Chapter 8 - Organization

All wealth is produced by labor being applied to the natural resources of the earth. Wherever labor and natural resources come together, there industry springs up--a job comes into existence. The wealth produced on the job is divided in two ways. Part goes to the workers in the form of wages and part to the capitalists in the form of profits. The share of each is determined by the amount of control they exert over the job. On every job there are two conflicting interests. The capitalist wants to make the biggest possible profits in the shortest possible time.

Chapter 7 - Labor Conditions in the Lumber Industry

OWING to the nature of the industry conditions for loggers differ considerably from those of most workers. Situated in thinly settled forest regions, lumber camps are, to a great extent, cut off from civilization. The resulting conditions are a peculiar mixture of capitalism and feudalism, civilization and barbarism. Each camp is a community by itself--a unit in the industrial empire of the Lumber Trust--and is ruled by a foreman who has the powers of a petty czar. The company not only plays the part of employer but also that of hotel and store keeper.

Chapter 6 - Ruinous Mismanagement of Stolen Property

SOME idea of the waste and destruction of the forests of the U. S. can be gained from the following extracts from the report by the Forest Service, U. S. Department of Agriculture, June 1, 1920, entitled "Timber Depletion, Lumber Prices, Lumber Exports, and Concentration of Timber Ownership."

"The outstanding facts reported by the Forest Service are:

Chapter 5 - How Rich Grafters Got Possession of the Timber Lands of the Country

OWING to lack of space it is impossible to deal under this heading with more than a few examples. The history of the crimes committed by big capitalists in getting possession of the natural resources of the country would fill many volumes. The few cases mentioned are only typical examples of the methods by which all the big timber interests acquired their stolen property.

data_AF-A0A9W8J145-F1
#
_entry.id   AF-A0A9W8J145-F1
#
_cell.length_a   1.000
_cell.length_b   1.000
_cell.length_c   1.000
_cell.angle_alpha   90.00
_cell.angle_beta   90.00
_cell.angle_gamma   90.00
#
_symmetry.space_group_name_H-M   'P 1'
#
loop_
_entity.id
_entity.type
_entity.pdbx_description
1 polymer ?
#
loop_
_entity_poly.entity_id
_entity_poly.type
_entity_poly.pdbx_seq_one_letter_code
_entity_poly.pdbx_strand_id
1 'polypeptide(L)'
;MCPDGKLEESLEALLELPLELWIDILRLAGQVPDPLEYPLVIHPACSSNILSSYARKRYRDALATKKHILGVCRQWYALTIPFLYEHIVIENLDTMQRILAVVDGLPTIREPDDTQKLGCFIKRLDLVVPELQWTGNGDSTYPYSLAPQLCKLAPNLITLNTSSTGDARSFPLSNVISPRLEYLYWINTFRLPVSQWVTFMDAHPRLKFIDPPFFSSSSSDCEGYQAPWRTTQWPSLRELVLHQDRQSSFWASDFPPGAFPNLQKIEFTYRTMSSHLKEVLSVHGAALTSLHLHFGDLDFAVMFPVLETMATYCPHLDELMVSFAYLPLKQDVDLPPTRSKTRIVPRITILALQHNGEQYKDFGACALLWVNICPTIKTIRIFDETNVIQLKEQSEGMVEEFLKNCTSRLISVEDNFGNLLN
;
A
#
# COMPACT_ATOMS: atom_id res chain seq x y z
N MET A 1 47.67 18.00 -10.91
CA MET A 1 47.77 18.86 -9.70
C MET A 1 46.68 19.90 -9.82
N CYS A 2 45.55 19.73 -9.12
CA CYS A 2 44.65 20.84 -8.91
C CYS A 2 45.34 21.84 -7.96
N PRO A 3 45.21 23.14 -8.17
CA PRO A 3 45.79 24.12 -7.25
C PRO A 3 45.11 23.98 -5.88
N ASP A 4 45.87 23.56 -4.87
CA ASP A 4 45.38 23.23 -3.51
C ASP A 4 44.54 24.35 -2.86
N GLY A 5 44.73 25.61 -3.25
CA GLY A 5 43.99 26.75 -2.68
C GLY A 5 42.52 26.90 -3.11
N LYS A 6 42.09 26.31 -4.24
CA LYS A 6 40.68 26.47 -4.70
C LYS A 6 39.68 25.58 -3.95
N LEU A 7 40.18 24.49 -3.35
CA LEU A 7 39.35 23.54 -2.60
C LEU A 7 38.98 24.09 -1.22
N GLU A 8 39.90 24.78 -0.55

Chapter 4 - Private Monopoly of Natural Resources

The only thorough canvass ever made of the amount and ownership of standing timber in the United States was that made in 1910 by the Bureau of Corporations, U. S. Department of Commerce and Labor. The findings of this investigation are given in the report known as "The Lumber Industry, Part 1, Standing Timber." Some extracts from this report follow and they convey some idea of the degree of centralized control that exists in the lumber industry.

Letter of Submittal - Department of Commerce and Labor, Bureau of Corporations, Washington, Feb. 13, 1911:

Chapter 3 - Evolution of the Lumber Industry

The facts given in this chapter were obtained from an article entitled "A History of the Logging Industry in the state of New York," by Wm. F. Fox, Superintendent of Forests in that state, and a collaborator of the Bureau of Forestry. This article was published in 1902 as Bulletin 34 by the US Department of Agriculture, Bureau of Forestry.